Why Is Busy The New Normal?

Why Is Busy The New Normal? Hero Image

Hectic, whirlwind, consumed, crazy, hard to keep up, overwhelmed, and just plain old busy: how often do you use these words and phrases to describe your day?

When someone asks, "Hey, how are you doing?" do you find that "busy" seems to be the go-to answer of choice? But why? Is there more we actually have to do? Is there no such thing as down time anymore?

In trying to shed light on this, I've explored three questions:

1. Why has busy become the new normal?

2. What is the down side of all this busy-ness?

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3. How can we stop glorifying the state of being busy?

Disclaimer: Before I begin, I'll note that there are times of genuine busy-ness — sometimes you just have a lot (and perhaps even too much) on your plate. Take, for example, a mom of six kids who has to work three jobs to support them, and also has elderly parents that she cares for at home. She is almost always busy.

But that person is not who or what I'm talking about here today. Today I'm talking about why the answer "busy" has become the new normal, and perhaps even a fashionable, answer in our culture.

1. Why has busy become the new normal?

Busy has become go-to, normal and even glorified, because we use it as an excuse to avoid other things.

Constantly convincing ourselves how busy we are is a convenient way to avoid the things we don't want to push ourselves to do. Think about it: "I can't exercise because I'm just too busy," "I can't eat healthy because I have no time to cook!" "No sorry, grandma, I can't come to your birthday party because I am just way too busy."

We also use the "busy" explanation because our culture socializes us (and mothers in particular, I think) to feel a need to please, to be needed by others, and to feel important.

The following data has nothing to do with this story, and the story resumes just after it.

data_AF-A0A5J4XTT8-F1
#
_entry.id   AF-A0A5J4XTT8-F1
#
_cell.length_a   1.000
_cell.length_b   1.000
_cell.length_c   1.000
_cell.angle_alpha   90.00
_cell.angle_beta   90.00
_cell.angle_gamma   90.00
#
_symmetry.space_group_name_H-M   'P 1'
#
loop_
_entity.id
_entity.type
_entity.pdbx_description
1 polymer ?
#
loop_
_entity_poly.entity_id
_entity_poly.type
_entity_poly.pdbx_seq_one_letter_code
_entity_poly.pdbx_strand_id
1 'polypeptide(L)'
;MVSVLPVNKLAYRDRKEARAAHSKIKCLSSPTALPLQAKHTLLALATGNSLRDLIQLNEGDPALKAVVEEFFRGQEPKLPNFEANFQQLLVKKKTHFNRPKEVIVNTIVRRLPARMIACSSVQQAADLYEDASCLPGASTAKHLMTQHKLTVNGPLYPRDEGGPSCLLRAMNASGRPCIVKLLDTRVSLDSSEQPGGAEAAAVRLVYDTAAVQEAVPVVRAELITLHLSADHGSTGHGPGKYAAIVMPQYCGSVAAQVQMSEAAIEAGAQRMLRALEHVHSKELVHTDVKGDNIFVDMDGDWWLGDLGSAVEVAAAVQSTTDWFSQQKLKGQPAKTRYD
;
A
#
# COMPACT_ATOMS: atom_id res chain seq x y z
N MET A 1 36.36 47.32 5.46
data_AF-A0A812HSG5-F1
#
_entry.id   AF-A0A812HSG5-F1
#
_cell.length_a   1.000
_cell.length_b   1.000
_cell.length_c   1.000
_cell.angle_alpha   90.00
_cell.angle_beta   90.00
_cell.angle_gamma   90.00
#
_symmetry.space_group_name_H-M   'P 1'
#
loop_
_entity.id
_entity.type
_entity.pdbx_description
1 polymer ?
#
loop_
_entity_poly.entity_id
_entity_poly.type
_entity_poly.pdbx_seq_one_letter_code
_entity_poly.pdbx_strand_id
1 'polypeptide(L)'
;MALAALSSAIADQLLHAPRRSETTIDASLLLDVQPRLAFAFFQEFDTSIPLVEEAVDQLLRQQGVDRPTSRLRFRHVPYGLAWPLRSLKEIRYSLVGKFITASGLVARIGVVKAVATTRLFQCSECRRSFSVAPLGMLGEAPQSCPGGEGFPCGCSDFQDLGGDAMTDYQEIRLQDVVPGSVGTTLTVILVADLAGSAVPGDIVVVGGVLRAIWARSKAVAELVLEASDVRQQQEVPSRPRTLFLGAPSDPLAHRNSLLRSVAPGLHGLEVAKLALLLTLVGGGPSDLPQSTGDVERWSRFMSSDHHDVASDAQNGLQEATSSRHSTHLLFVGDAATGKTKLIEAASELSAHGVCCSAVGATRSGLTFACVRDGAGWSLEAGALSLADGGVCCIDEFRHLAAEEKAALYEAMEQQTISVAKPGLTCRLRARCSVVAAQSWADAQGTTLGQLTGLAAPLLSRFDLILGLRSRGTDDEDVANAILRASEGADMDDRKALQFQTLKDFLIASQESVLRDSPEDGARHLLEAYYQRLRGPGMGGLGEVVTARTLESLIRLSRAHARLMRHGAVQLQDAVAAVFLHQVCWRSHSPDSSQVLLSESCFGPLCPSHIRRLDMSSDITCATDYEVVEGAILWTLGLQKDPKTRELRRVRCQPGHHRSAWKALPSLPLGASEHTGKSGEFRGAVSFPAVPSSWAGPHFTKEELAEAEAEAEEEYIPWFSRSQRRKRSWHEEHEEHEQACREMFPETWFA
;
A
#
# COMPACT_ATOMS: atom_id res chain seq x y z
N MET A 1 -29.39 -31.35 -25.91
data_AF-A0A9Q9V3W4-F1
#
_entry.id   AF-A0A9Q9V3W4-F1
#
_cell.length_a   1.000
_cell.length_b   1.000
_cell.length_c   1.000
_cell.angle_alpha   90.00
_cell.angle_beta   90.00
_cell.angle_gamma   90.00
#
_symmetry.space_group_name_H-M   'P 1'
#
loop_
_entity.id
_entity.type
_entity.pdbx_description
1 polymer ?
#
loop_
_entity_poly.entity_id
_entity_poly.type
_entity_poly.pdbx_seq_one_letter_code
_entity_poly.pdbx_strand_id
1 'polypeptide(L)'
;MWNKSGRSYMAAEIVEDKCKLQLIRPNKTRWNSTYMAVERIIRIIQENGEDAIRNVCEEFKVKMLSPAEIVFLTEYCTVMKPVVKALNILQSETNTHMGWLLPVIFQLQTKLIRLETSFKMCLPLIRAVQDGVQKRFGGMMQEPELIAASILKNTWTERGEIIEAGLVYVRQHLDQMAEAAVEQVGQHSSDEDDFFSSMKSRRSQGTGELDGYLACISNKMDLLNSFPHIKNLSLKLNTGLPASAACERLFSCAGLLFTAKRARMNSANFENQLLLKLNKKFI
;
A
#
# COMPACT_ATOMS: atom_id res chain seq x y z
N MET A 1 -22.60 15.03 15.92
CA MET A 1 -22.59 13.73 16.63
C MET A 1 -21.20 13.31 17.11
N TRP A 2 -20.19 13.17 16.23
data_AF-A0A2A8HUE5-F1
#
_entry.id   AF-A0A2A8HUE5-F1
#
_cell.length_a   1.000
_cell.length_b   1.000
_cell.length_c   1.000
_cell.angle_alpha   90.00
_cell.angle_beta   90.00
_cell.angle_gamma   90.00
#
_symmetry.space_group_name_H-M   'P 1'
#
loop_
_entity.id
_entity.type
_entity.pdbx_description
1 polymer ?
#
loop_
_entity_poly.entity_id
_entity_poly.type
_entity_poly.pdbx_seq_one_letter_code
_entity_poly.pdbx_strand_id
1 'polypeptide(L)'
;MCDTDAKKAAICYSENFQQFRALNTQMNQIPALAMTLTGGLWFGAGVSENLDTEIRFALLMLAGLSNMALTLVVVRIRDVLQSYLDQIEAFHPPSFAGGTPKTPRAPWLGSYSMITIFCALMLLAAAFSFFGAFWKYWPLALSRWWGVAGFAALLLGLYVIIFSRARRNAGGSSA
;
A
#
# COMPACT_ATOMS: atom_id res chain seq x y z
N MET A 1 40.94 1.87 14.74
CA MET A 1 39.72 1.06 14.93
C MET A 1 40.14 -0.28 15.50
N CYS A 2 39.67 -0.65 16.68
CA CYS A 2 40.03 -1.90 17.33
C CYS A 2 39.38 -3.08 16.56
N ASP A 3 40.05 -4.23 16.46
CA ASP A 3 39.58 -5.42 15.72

And especially given that we are living in the age of social media, our culture has become obsessed with status and competition. Busy can be part of that: it's a defense mechanism, a go-to "status symbol" to indicate your importance. By being busy all the time, we are trying to demonstrate to ourselves that we have full and worthy lives, that we are needed and wanted.

2. What is the down side of being busy all the time?

There are reasons why exercise, eating healthy and keeping close personal connections are so important. They are all different facets of self-care, a surefire method to get on the fast train to happy town. All aboard?!

On the flip-side, checking our email 1,000 times a day, browsing social media for hours and even multi-tasking are all way to keep ourselves from being genuinely productive. Making up this state of constant busy-ness is self-sabotaging.

What we are really doing is contaminating the most valuable resource we have: TIME. And in the process we create stress, anxiety and dissatisfaction. Above all, constantly telling ourselves and others about how much we have to do can create the feeling of low self-confidence and self-worth.

How? Essentially, we create a mismatch between what we expect of ourselves and what we really get done. We believe that if we are not always doing and achieving that we are not enough. If we're not busy, we may start to feel vulnerable, like nobody wants us, like we are unimportant, like we are unproductive or unworthy.

3. So, how do we overcome the glorification of "busy"?

Stop telling yourself and those around you how busy you are all the time.

"Busy" is a self-fulfilling prophecy. The more you say it, the more you believe it, the more you feel the stress and other negative emotions associated with a constant state of busy-ness.

Instead of telling people how busy you are, tell them what's going on in your life. You will have better connection and better conversation. The people who love you most don't love you for WHAT YOU DO they love you for WHO YOU ARE.

Photo Credit: Getty Images


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